Week 2 started in Takayama, where we stayed 3 nights at the Zenko-ji Temple, enjoying morning markets along the river, centuries-old homes converted to shops and cafes, and terrific soba (buckwheat) noodles, a regional specialty.
We toured the ancient shogun's headquarters, and day-tripped up into the mountains to Shirakawago, a village of traditional thatch-roofed farmhouses interspersed with rice paddies. The tunnels through the mountains were a feat – how is it that Japan can build car tunnels dozens of miles long while Seattle breaks and loses boring machines for its basic sewage lines?... perhaps we need to consider outsourcing the viaduct replacement to Japan. ;-)
Finally slowing the pace a little was very nice. We couldn't resist all the crafts and goodies in the morning markets and picked up a few gifts and keepsakes before moving on....
The train through the foothills and rice valleys took us to Nagoya – a major transit hub and urban center mid-way between Tokyo and Kyoto. Id never heard of Nagoya before arriving in Japan, but it proved to be an impressive city, with the ultra-modern architecture Japan is famous for, and skyscraper malls with restaurants, bars and bowling alleys reaching dozens of floors above the street. Our only reason for stopping in Nagoya was to indulge Colin's request for spending a night in a Manga Kissa – a 24-hour internet/manga comic book cafe, with individual cubicles (choice of couch or futon), unlimited free soft drinks, cheap vending machine meals, and even showers. They are intended to be used to pass the night if you miss your last train out (trains stop running around midnight), but have become the budget inn of choice for the hard-core backpacker set.
The manga kissa was on the basement level of a 6 story mall, but when we finally arrived – after a very fun night out at an izakaya (informal bar/food joint) – we learned that children need to be out by 11 p.m. Oh, was Colin pissed!! His hopes for an all-nighter of internet gaming and manga comics books dashed in an instant! The rest of the night was a bust, as we searched in the rain for a cheap hotel to get us through 'till our morning train to Kyoto. An emergency Skype call to Tom for a bedtime story about Shoguns and warriors somewhat saved the day/night, but it wasn't quite the same...
As Japanese cities go, my favorite yet! Kyoto is Japan's cultural capital, and we had the benefit of staying at a private home, owned by couchsurfing host extraordinaire Shoji Ishizu. Shoji lives a short distance away, but keeps this house just for couchsurfers – sometimes 8-10 at once. During our stay, we just shared the house with one other couple – New Yorkers teaching English in Korea – or had it to ourselves. Shoji himself was amazing – a farmer by day, he volunteers as both a suicide hotline counselor and mentor for children/teens released from juvenile detention.
We spent our days touring palaces, wandering the open air markets and small streets of the geiko (geisha) district or strolling along the river, and of course, making the requisite daily visit to the International Manga Museum. :-)
We were also there for the full moon – the Harvest Moon (most important of the year) - and joined several hundred people at the Harvest Moon Festival at a shrine in the north of the city – amazing.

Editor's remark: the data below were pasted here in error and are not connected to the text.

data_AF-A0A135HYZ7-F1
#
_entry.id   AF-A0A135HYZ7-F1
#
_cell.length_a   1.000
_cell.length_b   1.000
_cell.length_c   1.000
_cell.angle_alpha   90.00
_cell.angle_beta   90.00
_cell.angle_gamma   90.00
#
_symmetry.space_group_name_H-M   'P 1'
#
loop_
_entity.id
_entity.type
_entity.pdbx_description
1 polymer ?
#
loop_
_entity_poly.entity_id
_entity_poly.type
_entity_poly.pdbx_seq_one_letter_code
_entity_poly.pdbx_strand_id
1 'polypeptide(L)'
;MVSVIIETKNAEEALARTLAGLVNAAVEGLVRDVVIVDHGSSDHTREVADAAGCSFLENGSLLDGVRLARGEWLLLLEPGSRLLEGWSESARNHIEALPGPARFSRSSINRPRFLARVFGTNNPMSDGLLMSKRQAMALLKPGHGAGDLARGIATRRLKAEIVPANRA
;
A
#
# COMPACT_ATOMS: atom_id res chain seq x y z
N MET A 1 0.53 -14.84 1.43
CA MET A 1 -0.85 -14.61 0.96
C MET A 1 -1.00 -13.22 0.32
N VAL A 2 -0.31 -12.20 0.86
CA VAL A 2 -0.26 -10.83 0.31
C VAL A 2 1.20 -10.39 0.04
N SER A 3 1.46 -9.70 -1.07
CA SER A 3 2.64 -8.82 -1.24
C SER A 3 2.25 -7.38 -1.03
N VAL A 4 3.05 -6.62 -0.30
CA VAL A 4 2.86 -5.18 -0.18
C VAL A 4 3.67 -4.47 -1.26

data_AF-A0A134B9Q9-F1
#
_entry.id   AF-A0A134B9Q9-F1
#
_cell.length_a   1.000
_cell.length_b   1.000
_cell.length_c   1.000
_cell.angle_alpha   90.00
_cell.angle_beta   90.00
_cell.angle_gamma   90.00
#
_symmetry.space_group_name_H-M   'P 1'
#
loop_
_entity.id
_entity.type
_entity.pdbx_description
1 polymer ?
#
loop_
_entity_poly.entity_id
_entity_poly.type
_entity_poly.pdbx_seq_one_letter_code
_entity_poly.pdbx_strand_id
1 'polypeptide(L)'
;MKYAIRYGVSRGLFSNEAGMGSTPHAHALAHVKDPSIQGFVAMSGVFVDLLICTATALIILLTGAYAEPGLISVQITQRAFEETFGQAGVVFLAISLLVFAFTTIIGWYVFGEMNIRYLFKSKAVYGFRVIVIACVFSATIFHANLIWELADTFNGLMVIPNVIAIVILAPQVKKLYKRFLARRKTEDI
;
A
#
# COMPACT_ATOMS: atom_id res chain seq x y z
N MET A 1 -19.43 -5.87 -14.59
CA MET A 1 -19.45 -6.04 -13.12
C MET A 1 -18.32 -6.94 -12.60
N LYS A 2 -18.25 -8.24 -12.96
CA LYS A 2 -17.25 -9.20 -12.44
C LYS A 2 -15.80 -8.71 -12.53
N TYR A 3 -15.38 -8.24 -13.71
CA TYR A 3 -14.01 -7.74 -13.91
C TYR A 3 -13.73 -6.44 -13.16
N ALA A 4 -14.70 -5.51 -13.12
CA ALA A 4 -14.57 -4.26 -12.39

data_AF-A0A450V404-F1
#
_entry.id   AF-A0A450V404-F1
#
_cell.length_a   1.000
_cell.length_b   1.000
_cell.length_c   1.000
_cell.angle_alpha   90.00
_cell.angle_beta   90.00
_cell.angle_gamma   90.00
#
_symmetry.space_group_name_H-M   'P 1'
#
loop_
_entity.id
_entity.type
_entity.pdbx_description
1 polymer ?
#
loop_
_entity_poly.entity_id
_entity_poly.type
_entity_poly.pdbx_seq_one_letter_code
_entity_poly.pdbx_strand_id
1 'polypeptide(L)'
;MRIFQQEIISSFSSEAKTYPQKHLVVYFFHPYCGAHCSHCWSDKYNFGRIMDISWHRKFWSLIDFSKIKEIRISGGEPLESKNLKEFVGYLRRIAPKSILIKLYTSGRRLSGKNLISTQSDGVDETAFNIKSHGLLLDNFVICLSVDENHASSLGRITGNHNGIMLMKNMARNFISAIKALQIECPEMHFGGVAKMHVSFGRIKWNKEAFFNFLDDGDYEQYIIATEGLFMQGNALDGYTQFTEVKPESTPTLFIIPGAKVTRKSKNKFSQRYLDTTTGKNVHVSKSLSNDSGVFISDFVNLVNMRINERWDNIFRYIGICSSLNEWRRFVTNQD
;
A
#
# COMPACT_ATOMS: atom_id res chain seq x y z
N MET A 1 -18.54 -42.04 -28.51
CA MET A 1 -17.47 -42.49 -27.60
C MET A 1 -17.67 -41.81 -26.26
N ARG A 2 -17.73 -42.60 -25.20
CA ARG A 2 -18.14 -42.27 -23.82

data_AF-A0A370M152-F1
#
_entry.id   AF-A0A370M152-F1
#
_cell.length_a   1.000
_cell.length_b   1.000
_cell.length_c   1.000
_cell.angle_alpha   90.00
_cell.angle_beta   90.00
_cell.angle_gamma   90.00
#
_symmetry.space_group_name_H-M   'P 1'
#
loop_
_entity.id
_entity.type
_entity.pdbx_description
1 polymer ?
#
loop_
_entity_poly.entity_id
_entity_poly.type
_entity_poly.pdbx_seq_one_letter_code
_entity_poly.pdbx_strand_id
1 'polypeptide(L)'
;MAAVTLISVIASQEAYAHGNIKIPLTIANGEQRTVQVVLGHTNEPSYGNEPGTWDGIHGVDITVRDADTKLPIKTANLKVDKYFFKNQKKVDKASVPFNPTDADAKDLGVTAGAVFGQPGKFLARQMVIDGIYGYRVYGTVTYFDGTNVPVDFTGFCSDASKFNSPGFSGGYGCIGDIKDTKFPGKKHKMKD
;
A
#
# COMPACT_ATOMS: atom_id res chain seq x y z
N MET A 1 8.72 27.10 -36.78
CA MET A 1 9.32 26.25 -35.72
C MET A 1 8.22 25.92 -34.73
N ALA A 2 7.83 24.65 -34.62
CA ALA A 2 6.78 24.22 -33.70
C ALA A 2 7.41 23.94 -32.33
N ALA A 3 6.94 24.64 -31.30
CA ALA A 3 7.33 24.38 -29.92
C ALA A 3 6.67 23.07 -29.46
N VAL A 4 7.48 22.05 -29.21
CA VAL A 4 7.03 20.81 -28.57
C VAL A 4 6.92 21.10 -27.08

We delayed our departure from Kyoto for a day, but tore ourselves away to get in a visit to nearby Nara – home of an immense temple/shrine complex and more than a dozen UNESCO World Heritage Sites. The temple grounds in Nara are also home to a herd of 1200 deer, believed to be messengers of the gods in pre-Buddist times, and now designated as a Japanese National Treasure.
They are beyond tame.... some are very docile and friendly and will eat out of your hands, while others (the males especially) behave like mobsters – if they've got you in their sights, watch out! Colin got head-butted by one and nipped by another demanding payment (deer biscuits are on sale at every shrine).
Once again, we stayed a night longer than planned, in order to have time to visit the main temple of Toji-ji to view the 40-foot high buddha and try to crawl through the hole the size of the Buddha's nostril at the base of one of the support beams. If you can fit through, you are guaranteed enlightenment - Colin made it; I wasn't about to try (my hips are MUCH wider than your average Japanese woman). ;-)
We arrived in Hiroshima under threat of a typhoon. After settling into a guest room at the World Friendship Center – a local non-profit that runs peace and disarmament programs internationally – we headed out to tour the Peace Park in hopes of seeing the highlights before the storm arrived.
Despite mounting winds and dark gray clouds, the rains held off until after we'd seen most of the park, including the Peace Monument and Peace Flame (intended to burn until the last nuclear weapon on earth is eliminated), the Children's International Peace Monument (inspired by Sadako Sasaki, a young girl diagnosed with leukemia after the bomb, who strove to fold 1,000 paper cranes in hopes of averting her own death, but died before she could complete them – every year, thousands of paper cranes folded by children around the world are brought to the monument), the Peace Mound, where the ashes of unidentified cremated victims of the bombing are buried, the A-bomb Dome – the preserved ruins of the prefecture administration building nearly at ground zero – and dozens of other statues and memorials to the many, many groups of people who perished at Hiroshima – teachers, students, conscripted laborers, etc., etc. That evening, Colin set out to learn how to fold paper cranes, and the next day we delivered a group of paper cranes of our own to the children's monument after visiting the Hiroshima Peace Memorial Museum.
Next stop: Fukuoka.... & Tom!